One easy, effective tip to combat the health risks of inactivity

By Charlie Williams
Published May 21, 2020

Key Takeaways

Thanks to the marvels of modern technology, we have seen major clinical advances across the entire healthcare landscape—from life-saving medical diagnostics to innovative treatments for some of the most challenging diseases. But while technology has huge benefits, it also has huge pitfalls. And the biggest one? Physical inactivity. But, a new study suggests that a simple and easy change to your daily routine may counteract the negative effects of inactivity.

Think about how much exercise you really end up getting on any given day, especially with most exercise facilities closed for the foreseeable future and lockdown measures keeping most of us home for the majority of the day. Plus, what little exercise you may have gotten going from one patient exam room to the next may now be replaced by telehealth appointments from your living room.

Even before quarantine life was the new norm, consider that, for the majority of Americans, desk-based jobs have virtually replaced manual labor, elevators have replaced stairs, motor vehicles have replaced active travel, and most shopping and errands can now be accomplished online with the use of apps. Indeed, every year, more people are working traditionally white-collar jobs, where they spend long hours sitting down, expending minimal physical effort. In fact, the number of sedentary jobs has increased by 83% since 1950, with physically active jobs now comprising < 20% of the US workforce.

And it’s not just the lack of exercise that’s troubling. Prolonged sitting itself has been linked to negative health consequences. Studies have shown that, even after adjusting for physical activity, sitting for long periods is linked to worse health outcomes, including heart disease and cancer—the two leading causes of death in the United States.

To make matters worse, exercising your way out of the health hole created by too much sitting can be a big challenge. While high levels of exercise can reduce some of the associated health risks, research suggests that once you sit for more than 10 hours, cardiovascular risk still skyrockets. So, what can those who live a sedentary lifestyle do to combat its negative health effects? The solution may be to exercise smarter, not harder.

Spreading out physical activity

Hitting the gym for an hour after 8-10 hours of prolonged sitting is certainly better than not partaking in physical activity at all. Unfortunately, it doesn’t do enough to counteract the damage that long periods of inactivity can inflict, like raising levels of postprandial plasma lipids (PPL)—a group of substances comprising oily, waxy compounds like triglycerides, which are a risk factor for heart disease. To reduce PPL levels, spreading physical activity out into shorter, more frequent bouts may be effective, according to authors of a recent study published in Medicine & Science in Sports & Exercise.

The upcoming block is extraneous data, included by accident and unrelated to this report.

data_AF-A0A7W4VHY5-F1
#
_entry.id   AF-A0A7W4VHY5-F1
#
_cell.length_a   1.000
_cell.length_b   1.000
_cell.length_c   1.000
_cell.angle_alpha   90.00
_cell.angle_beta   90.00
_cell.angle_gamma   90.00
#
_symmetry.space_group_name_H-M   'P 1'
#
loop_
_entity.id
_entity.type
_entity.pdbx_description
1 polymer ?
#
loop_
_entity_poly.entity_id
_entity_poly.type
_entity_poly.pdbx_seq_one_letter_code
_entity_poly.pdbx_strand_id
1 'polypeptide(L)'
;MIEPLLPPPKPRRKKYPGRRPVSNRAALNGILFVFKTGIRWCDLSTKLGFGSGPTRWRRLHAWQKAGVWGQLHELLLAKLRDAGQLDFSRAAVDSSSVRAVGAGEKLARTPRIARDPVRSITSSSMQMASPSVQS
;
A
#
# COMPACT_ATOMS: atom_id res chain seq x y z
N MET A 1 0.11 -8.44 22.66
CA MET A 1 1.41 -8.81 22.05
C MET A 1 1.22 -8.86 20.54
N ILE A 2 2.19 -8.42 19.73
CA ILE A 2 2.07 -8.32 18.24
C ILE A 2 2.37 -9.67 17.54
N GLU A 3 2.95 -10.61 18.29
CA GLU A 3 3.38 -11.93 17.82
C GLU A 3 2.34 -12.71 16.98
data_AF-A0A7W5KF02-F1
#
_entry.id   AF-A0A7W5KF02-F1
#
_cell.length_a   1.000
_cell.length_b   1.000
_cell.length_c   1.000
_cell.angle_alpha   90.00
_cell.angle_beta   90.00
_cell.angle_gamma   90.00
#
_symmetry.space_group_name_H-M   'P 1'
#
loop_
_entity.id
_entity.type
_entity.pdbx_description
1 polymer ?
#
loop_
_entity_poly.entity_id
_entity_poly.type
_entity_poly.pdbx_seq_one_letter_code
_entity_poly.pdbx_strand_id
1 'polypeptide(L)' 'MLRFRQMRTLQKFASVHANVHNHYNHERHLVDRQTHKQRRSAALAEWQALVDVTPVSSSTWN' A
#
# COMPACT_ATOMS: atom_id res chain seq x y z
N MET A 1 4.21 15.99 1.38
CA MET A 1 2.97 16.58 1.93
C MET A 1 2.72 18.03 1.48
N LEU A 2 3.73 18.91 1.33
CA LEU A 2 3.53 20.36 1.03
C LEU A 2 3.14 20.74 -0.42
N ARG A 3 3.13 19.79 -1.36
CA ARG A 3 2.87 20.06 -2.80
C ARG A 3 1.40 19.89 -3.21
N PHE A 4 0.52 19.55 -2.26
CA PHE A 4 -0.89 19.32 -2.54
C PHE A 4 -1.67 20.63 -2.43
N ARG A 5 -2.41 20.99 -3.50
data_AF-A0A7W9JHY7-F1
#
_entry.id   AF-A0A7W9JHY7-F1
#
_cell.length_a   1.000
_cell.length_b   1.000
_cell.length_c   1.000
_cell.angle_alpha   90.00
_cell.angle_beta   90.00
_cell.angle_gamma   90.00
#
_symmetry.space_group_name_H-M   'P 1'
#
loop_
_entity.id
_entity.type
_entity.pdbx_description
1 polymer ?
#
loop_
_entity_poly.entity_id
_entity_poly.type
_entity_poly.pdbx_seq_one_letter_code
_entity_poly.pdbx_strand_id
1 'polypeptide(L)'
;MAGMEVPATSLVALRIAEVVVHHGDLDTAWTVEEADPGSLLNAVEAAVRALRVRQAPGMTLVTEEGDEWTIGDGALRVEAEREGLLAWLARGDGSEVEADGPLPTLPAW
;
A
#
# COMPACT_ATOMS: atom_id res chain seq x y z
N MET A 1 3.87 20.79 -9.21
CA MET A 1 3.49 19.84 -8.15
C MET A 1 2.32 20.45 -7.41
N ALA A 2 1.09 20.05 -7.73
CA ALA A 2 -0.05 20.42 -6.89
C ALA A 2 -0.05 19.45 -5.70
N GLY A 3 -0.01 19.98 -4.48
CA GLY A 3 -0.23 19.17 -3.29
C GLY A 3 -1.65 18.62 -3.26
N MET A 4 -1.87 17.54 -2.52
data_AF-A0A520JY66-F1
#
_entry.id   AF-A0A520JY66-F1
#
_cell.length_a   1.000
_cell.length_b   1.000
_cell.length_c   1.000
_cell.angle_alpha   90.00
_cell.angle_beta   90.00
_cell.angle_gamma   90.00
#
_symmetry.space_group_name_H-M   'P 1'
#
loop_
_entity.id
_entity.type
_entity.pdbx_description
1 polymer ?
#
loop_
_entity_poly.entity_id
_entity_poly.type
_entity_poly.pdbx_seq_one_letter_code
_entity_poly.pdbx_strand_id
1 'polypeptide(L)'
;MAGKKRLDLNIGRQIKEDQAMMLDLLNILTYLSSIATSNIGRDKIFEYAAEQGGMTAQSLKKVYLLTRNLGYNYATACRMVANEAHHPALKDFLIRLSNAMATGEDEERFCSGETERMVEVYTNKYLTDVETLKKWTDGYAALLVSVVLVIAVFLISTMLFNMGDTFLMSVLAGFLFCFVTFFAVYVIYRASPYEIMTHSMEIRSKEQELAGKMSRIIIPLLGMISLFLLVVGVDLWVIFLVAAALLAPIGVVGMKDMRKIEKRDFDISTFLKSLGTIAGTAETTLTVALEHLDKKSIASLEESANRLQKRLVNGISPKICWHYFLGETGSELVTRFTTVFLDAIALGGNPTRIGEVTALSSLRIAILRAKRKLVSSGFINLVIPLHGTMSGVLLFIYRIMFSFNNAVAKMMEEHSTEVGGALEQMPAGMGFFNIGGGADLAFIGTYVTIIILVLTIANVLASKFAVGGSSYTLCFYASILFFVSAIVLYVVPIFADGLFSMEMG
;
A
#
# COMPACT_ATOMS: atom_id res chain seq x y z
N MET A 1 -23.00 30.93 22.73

To arrive at this finding, researchers measured whether 4-second sprints on a specialized exercise bike conducted 5 times per hour for 8 hours could improve PPL levels in 4 men and 4 women. Results showed that those who sprinted on the exercise bikes had a 31% decrease in plasma triglyceride incremental area under the curve and a 43% increase in whole body fat oxidation—even when they sat for 8 hours in the same day—compared with those who sat for 8 hours without exercising. That positive result came after a combined 160 seconds, or just 2 minutes and 40 seconds, of exercise per day done in between periods of sitting.

“Given that these improvements were elicited from only 160 seconds of non-fatiguing exercise per day, it raises the question as to what is the least amount of exercise that can acutely improve fat metabolism and other aspects of health,” the authors wrote.

Making moving a priority

Evidence from the above-mentioned study suggests that if Americans want to reduce their health risks, they need to make a concerted effort to reduce—or at least break up—the amount of time they spend sitting. While hopping on an exercise bike and giving it your all for 4 seconds, 40 times a day, is a creative way to make it happen, adults need not go to such imaginative lengths to make a difference. The US Department of Health and Human Services’ 2018 Physical Activity Guidelines for Americans promotes a wide range of activities and workout durations, stating rather simply that “adults should move more and sit less throughout the day,” and that “some physical activity is better than none.”

For substantial health benefits, adults should commit to doing moderate-intensity workouts for 150-300 minutes per week, or vigorous-intensity activity for 75-150 minutes per week, according to the guidelines. While cashing in those 150 minutes of vigorous-intensity activity in a single day can help, “aerobic activity should be spread throughout the week,” the guidelines stated, in alignment with data from the 4-second cycling study.

Thinking about movement differently

For the 80% of us living a largely sedentary lifestyle, the key takeaway from a mounting pool of research is simply: sit less. Taking the next step and figuring out new ways to move more often is a much different question that depends on your health goals, age, access to open space and equipment, and many other factors. “For every 20 minutes of sitting, try to stand for 8 minutes and move around for 2 minutes,” said Erin Michos, MD, MHS, associate director of preventive cardiology, Ciccarone Center for the Prevention of Heart Disease, in an interview with Johns Hopkins Medicine. “Take baby steps. It doesn’t have to be vigorous. Just stand up and move your muscles.”

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